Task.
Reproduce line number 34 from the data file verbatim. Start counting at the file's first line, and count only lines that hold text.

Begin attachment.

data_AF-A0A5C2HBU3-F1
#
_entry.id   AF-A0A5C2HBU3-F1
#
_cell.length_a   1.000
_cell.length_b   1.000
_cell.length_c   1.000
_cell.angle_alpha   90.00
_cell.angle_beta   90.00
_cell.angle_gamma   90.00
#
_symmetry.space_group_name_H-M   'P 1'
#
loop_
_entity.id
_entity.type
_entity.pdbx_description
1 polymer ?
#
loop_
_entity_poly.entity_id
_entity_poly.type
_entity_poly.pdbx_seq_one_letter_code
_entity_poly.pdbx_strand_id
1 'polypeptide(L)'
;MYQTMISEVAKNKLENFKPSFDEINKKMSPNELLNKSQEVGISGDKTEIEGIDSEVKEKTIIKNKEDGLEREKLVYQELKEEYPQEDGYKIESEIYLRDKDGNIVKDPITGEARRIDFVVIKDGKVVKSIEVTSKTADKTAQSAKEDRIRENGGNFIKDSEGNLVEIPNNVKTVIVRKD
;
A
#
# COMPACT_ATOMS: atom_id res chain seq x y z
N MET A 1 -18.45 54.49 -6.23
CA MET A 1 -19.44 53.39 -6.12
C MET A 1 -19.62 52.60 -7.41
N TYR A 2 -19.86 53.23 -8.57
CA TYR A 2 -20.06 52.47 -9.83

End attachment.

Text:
N TYR A 2 -19.86 53.23 -8.57